Pain, Brain, and Depression: It isn’t all in your head…or in your body
New studies have found that while pain isn’t “just all in your head,” the brain does have ways of influencing our perception of pain.
In a new paper out of Biology Psychiatry, Chantal Berna, MD led a group of researchers from the University of Oxford, UK who looked at the effects that depression had on the perception of pain.
20 healthy volunteers listened to depressing music and were bombarded with negative thoughts.
Researchers then used functional magnetic resonance imaging (MRI) to see how their brains would respond to a heat stimulus.
Following the depressed mood induction, brain responses to the heat stimulus resulted in increased perception of pain.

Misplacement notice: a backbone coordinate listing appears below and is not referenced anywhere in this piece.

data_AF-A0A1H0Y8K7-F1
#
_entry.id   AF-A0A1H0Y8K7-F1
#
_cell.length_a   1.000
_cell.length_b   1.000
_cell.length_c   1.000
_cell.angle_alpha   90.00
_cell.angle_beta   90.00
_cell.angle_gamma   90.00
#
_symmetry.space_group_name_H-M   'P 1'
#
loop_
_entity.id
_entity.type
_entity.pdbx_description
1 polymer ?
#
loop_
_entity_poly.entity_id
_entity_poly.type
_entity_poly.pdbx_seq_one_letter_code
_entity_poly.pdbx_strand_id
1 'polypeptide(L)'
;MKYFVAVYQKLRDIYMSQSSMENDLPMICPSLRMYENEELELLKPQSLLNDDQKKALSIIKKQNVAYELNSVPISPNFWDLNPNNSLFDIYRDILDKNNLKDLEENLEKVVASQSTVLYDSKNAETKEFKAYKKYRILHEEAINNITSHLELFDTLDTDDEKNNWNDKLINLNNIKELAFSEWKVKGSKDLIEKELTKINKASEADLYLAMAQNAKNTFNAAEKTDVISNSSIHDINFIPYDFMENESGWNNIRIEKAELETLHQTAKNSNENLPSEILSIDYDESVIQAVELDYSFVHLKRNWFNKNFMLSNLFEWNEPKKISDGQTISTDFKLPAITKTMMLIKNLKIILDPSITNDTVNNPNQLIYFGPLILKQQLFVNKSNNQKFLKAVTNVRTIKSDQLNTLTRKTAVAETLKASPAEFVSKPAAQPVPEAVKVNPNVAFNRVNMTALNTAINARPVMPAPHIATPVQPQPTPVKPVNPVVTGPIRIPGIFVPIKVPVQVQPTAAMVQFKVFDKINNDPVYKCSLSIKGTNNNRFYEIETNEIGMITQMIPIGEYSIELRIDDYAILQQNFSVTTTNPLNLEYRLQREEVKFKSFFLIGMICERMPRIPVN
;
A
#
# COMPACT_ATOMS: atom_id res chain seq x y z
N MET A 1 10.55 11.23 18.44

The MRI showed increased activity in the prefrontal areas, the anterior cingulate cortex, and the hippocampus.
These results were marked, especially when compared with significantly less activation when the volunteers were in a neutral frame of mind.
The depressed individuals who indicated the largest increase in pain perception also showed the greatest activation in the inferior frontal gyrus and the amygdala.
As you know, the amygdala is involved in the storing of emotional memories, thus linking emotional regulation and pain enhancement.
The more we know about the workings of the brain, the more we are able to tailor treatments.
The brain plays an interesting role in chronic pain, one that is discussed at length in NICABM’s teleseminar series Clinical Applications of Mind-Body Medicine: New Thinking About Stress and the Remarkable Power of Psychoneuroimmunology